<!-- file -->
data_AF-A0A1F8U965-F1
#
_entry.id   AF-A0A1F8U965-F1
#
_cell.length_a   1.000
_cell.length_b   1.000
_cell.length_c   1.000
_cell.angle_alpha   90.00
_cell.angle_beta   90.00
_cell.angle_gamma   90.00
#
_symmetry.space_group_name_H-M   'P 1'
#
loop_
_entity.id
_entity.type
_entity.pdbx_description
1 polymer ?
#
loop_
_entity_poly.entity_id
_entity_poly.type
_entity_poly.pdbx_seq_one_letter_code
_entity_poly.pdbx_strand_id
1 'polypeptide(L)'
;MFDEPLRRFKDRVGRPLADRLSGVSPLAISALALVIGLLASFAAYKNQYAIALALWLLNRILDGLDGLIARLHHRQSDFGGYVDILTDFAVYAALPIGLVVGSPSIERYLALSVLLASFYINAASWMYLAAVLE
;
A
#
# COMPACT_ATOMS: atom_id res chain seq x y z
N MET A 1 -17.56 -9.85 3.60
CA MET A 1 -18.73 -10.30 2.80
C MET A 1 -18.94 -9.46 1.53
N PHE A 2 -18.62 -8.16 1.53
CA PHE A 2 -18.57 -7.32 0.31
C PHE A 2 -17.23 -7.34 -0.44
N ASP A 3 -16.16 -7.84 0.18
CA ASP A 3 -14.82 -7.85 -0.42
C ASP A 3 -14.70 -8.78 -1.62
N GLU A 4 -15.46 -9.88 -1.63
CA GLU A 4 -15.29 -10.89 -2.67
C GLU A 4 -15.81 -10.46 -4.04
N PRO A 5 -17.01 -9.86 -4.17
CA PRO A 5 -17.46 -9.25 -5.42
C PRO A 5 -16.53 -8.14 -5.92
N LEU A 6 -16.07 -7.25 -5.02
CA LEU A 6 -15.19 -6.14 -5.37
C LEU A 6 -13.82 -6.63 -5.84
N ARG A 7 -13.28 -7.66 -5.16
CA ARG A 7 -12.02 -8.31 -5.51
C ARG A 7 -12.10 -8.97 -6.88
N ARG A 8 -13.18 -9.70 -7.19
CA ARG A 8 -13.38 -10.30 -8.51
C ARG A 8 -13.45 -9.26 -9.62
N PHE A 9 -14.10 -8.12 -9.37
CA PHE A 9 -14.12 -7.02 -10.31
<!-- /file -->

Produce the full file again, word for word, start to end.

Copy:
data_AF-A0A1F8U965-F1
#
_entry.id   AF-A0A1F8U965-F1
#
_cell.length_a   1.000
_cell.length_b   1.000
_cell.length_c   1.000
_cell.angle_alpha   90.00
_cell.angle_beta   90.00
_cell.angle_gamma   90.00
#
_symmetry.space_group_name_H-M   'P 1'
#
loop_
_entity.id
_entity.type
_entity.pdbx_description
1 polymer ?
#
loop_
_entity_poly.entity_id
_entity_poly.type
_entity_poly.pdbx_seq_one_letter_code
_entity_poly.pdbx_strand_id
1 'polypeptide(L)'
;MFDEPLRRFKDRVGRPLADRLSGVSPLAISALALVIGLLASFAAYKNQYAIALALWLLNRILDGLDGLIARLHHRQSDFGGYVDILTDFAVYAALPIGLVVGSPSIERYLALSVLLASFYINAASWMYLAAVLE
;
A
#
# COMPACT_ATOMS: atom_id res chain seq x y z
N MET A 1 -17.56 -9.85 3.60
CA MET A 1 -18.73 -10.30 2.80
C MET A 1 -18.94 -9.46 1.53
N PHE A 2 -18.62 -8.16 1.53
CA PHE A 2 -18.57 -7.32 0.31
C PHE A 2 -17.23 -7.34 -0.44
N ASP A 3 -16.16 -7.84 0.18
CA ASP A 3 -14.82 -7.85 -0.42
C ASP A 3 -14.70 -8.78 -1.62
N GLU A 4 -15.46 -9.88 -1.63
CA GLU A 4 -15.29 -10.89 -2.67
C GLU A 4 -15.81 -10.46 -4.04
N PRO A 5 -17.01 -9.86 -4.17
CA PRO A 5 -17.46 -9.25 -5.42
C PRO A 5 -16.53 -8.14 -5.92
N LEU A 6 -16.07 -7.25 -5.02
CA LEU A 6 -15.19 -6.14 -5.37
C LEU A 6 -13.82 -6.63 -5.84
N ARG A 7 -13.28 -7.66 -5.16
CA ARG A 7 -12.02 -8.31 -5.51
C ARG A 7 -12.10 -8.97 -6.88
N ARG A 8 -13.18 -9.70 -7.19
CA ARG A 8 -13.38 -10.30 -8.51
C ARG A 8 -13.45 -9.26 -9.62
N PHE A 9 -14.10 -8.12 -9.37
CA PHE A 9 -14.12 -7.02 -10.31